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The Honolulu Advertiser

Posted on: Thursday, March 13, 2003

DFS says talks with governor fruitless

By Mike Leidemann
Advertiser Transportation Writer

Airport duty-free retail contractor DFS-Hawai'i said that unless it receives legislative help, it could cease operations here, but the state still insists the company should pay $40 million-plus in overdue rent before it discusses new relief, lawmakers were told yesterday.

DFS officials met with Gov. Linda Lingle for the first time this week, but "absolutely no progress was made," said Sharon Weiner, a DFS group vice president.

"Without relief, we won't be here," Weiner said. "We'll cease operations. The technical term is we're insolvent at this time."

The company is being kept afloat by loans from its part-owner LVMH Moet Hennesy Louis Vuitton, she said.

More than half of all airport revenue comes from the concessionaires there, many of whom have suffered financial setbacks since the Sept. 11 attacks and subsequent economic downturn.

After the attack, the state granted temporary rental relief but that ended last April. Since that time, DFS and others have fallen behind on payments.

Despite opposition from Lingle and the Transportation Department, lawmakers are considering legislation that would give the companies extended breaks on their payments schedules, many of which were negotiated in five-year contracts signed just before Sept. 11, 2001. The Legislature approved a similar bill last year, but it was vetoed by then-Gov. Ben Cayetano.

At least eight of the major concessionaires at the airport are current on their payments and "it's very difficult to understand how other concessionaires need additional relief to survive," Transportation Director Rod Haraga said.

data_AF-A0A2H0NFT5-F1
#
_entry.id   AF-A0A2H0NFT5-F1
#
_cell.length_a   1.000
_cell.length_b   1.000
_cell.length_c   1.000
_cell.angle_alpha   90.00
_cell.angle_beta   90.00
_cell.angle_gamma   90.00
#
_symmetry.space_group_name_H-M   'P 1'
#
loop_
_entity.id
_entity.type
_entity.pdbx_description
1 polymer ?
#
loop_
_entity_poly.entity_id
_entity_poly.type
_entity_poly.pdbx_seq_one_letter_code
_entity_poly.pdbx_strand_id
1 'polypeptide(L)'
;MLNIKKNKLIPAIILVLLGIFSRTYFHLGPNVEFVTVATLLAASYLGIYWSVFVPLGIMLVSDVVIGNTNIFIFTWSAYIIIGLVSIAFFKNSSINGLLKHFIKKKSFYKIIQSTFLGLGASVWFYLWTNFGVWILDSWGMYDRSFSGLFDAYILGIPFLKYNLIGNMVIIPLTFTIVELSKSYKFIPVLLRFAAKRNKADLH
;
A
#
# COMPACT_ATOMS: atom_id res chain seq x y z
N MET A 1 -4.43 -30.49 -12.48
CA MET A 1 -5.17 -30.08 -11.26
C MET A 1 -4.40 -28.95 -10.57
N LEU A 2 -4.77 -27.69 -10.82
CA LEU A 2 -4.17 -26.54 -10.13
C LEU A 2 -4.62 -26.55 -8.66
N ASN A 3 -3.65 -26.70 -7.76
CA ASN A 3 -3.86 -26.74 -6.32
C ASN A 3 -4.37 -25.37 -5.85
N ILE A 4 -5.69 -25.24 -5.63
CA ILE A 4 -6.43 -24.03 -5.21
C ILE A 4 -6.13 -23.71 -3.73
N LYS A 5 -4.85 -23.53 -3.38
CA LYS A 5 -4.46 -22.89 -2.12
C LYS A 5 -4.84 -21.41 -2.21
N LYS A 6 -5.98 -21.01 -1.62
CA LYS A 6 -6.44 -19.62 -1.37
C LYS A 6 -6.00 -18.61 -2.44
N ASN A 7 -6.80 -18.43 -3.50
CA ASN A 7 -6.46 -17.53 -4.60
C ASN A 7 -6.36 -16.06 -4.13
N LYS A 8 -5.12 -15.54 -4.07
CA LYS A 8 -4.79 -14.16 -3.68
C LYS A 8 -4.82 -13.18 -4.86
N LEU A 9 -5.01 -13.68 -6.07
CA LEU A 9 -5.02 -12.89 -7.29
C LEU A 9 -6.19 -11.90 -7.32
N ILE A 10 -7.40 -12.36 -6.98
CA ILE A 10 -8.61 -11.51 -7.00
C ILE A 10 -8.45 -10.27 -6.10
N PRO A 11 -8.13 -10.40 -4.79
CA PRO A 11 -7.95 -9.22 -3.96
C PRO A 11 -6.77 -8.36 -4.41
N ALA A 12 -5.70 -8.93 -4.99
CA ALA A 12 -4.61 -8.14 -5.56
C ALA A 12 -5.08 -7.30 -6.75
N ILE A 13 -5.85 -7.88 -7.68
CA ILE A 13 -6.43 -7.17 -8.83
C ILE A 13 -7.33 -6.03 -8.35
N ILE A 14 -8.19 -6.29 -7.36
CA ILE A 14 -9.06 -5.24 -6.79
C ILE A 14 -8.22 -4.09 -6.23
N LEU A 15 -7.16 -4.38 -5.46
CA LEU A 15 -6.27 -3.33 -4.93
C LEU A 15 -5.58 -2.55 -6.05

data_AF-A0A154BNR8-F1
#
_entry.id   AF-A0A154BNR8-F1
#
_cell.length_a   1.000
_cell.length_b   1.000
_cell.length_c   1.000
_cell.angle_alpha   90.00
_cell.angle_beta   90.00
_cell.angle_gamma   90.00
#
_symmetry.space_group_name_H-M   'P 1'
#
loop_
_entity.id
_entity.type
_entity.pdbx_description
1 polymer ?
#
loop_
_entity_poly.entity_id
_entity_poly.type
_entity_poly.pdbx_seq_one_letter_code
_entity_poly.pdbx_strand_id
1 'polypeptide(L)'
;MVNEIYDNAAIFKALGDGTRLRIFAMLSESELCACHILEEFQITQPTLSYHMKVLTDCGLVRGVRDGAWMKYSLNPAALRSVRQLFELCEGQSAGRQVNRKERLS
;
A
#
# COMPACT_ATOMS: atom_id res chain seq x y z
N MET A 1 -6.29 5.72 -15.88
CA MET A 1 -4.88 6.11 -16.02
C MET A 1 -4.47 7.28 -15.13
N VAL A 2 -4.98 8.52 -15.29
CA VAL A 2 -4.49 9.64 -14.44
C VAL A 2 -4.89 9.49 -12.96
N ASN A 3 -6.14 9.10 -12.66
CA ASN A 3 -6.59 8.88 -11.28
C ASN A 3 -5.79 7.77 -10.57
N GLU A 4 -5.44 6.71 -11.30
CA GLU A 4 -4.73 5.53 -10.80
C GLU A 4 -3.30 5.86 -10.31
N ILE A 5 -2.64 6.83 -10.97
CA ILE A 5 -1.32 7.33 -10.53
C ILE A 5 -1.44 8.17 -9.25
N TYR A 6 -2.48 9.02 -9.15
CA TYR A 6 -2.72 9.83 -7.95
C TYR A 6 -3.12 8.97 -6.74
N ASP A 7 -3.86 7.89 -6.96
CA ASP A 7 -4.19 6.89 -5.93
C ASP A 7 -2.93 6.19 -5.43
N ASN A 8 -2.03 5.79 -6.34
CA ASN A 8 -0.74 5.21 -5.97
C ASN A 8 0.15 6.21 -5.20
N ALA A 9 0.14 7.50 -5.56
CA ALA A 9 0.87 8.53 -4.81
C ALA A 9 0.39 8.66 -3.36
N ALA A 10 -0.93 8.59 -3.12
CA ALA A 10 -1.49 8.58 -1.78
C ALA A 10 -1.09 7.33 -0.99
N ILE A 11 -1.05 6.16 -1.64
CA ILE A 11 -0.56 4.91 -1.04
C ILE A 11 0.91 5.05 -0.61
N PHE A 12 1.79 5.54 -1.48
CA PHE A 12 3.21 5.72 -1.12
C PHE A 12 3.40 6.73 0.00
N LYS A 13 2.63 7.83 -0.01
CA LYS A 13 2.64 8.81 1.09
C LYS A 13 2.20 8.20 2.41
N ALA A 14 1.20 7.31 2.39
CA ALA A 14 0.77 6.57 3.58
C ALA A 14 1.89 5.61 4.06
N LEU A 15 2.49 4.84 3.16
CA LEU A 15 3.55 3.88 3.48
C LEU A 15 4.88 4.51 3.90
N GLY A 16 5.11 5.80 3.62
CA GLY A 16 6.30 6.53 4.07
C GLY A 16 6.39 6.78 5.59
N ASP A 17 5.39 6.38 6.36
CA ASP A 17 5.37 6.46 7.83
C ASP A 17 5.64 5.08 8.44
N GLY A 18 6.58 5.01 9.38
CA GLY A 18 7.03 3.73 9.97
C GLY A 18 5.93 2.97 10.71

The state still insists DFS and others must become current on their payments before negotiations on additional relief are opened, Haraga said, and "if they won't do that, we need to take a step back and develop a new strategy to deal with the situation."

DFS, which has 1,200 full- and part-time workers in Hawai'i, says it can't afford to pay the minimum rent of about $60 million a year.

News reports last week that the company repaid $100 million in loans to LVMH last year even while it fell further behind on its state payments were a "malicious act designed to discredit my company," Weiner said.

"This was an outrageous and mean-spirited attempt to torpedo the concessionaires' attempt at passing the bill before you," Weiner told members of the House Transportation Committee.

"If we didn't at least make a partial payment (to LVMH), we would be out of business in Hawai'i and the Mainland."

DFS still owes $350 million to LVMH and has total debts of more than $500 million, according to Weiner.

The Transportation Committee yesterday deferred action on the relief bill until next week to give both sides more time to work out an agreement, committee chairman Joe Souki said.

"There's got to be some movement," Souki said.

"The alternative is not so hot."